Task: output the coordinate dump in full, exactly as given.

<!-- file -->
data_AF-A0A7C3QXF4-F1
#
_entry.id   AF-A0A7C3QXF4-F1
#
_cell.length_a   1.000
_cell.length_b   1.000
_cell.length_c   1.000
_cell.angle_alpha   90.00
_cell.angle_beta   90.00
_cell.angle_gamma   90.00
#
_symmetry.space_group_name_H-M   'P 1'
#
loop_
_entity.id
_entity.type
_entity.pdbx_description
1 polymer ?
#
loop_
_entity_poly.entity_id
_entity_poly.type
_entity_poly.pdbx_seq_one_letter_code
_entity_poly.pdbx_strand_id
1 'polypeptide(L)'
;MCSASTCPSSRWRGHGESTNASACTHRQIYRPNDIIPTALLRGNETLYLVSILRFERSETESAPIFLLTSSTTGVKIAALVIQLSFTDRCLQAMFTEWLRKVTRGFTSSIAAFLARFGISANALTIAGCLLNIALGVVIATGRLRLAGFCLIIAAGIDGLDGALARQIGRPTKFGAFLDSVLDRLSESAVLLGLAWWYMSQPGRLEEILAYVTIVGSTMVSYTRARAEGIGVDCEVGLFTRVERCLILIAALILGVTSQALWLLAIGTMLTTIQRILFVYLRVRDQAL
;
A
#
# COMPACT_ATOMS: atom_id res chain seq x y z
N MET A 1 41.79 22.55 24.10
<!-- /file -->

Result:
data_AF-A0A7C3QXF4-F1
#
_entry.id   AF-A0A7C3QXF4-F1
#
_cell.length_a   1.000
_cell.length_b   1.000
_cell.length_c   1.000
_cell.angle_alpha   90.00
_cell.angle_beta   90.00
_cell.angle_gamma   90.00
#
_symmetry.space_group_name_H-M   'P 1'
#
loop_
_entity.id
_entity.type
_entity.pdbx_description
1 polymer ?
#
loop_
_entity_poly.entity_id
_entity_poly.type
_entity_poly.pdbx_seq_one_letter_code
_entity_poly.pdbx_strand_id
1 'polypeptide(L)'
;MCSASTCPSSRWRGHGESTNASACTHRQIYRPNDIIPTALLRGNETLYLVSILRFERSETESAPIFLLTSSTTGVKIAALVIQLSFTDRCLQAMFTEWLRKVTRGFTSSIAAFLARFGISANALTIAGCLLNIALGVVIATGRLRLAGFCLIIAAGIDGLDGALARQIGRPTKFGAFLDSVLDRLSESAVLLGLAWWYMSQPGRLEEILAYVTIVGSTMVSYTRARAEGIGVDCEVGLFTRVERCLILIAALILGVTSQALWLLAIGTMLTTIQRILFVYLRVRDQAL
;
A
#
# COMPACT_ATOMS: atom_id res chain seq x y z
N MET A 1 41.79 22.55 24.10